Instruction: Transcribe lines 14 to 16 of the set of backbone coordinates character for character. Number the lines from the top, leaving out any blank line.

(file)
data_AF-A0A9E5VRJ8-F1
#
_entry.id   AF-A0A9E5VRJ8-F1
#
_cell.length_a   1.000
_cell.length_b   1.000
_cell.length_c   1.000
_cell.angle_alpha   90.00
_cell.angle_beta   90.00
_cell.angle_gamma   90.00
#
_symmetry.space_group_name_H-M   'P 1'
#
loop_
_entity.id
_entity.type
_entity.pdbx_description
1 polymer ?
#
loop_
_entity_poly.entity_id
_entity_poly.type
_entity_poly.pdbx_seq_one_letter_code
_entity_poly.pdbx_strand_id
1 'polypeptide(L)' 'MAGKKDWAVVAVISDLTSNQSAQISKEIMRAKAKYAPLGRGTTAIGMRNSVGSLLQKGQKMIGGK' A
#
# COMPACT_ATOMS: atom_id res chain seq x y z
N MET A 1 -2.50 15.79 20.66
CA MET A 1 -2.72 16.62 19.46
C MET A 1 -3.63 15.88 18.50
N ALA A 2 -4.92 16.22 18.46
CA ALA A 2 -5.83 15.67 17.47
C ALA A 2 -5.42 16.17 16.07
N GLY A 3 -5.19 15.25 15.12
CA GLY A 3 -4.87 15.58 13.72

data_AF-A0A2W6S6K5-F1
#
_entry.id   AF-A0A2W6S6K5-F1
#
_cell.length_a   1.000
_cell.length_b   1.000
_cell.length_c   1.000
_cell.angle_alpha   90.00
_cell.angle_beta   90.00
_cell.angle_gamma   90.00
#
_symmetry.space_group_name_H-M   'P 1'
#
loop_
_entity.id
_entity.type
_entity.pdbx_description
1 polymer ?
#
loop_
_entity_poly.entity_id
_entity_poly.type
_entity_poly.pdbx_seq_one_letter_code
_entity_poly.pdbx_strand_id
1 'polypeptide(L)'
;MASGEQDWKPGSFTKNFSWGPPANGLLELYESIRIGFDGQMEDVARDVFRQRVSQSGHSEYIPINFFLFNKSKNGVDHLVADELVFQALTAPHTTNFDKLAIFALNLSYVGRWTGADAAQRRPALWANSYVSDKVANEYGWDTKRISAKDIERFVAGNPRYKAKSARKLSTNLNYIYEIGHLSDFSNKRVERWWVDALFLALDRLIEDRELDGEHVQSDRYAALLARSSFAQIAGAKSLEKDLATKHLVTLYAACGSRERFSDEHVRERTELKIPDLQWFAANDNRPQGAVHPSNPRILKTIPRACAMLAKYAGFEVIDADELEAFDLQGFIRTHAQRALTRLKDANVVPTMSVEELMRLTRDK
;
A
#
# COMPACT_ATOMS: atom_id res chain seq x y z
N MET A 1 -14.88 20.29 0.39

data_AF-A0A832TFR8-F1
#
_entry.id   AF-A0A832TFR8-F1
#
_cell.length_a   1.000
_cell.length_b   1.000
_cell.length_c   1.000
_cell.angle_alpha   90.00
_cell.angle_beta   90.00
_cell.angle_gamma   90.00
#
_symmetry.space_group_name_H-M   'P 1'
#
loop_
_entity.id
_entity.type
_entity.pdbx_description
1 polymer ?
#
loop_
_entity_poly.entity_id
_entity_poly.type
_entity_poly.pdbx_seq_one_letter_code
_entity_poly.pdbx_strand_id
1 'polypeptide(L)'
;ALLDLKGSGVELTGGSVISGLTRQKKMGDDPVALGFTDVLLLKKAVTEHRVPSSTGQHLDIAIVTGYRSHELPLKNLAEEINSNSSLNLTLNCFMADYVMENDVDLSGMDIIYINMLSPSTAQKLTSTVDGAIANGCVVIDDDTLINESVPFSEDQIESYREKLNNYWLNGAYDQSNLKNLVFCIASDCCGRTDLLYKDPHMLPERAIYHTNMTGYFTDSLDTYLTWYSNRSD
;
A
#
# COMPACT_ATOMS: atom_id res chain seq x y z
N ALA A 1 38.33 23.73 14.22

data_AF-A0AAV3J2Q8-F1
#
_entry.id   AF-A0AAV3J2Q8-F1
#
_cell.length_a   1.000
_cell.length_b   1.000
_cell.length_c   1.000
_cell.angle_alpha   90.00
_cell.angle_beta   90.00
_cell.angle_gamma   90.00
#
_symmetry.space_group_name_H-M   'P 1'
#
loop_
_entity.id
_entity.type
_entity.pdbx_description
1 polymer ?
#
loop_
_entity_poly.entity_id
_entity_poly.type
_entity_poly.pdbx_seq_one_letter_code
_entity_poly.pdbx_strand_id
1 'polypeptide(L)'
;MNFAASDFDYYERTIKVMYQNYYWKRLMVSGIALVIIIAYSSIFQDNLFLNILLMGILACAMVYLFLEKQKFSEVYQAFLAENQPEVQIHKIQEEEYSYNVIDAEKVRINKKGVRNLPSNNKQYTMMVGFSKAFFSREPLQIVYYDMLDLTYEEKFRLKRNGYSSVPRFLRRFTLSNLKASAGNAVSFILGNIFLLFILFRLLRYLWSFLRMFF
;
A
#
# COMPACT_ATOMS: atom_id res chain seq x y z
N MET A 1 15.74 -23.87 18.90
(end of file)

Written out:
loop_
_entity.id
_entity.type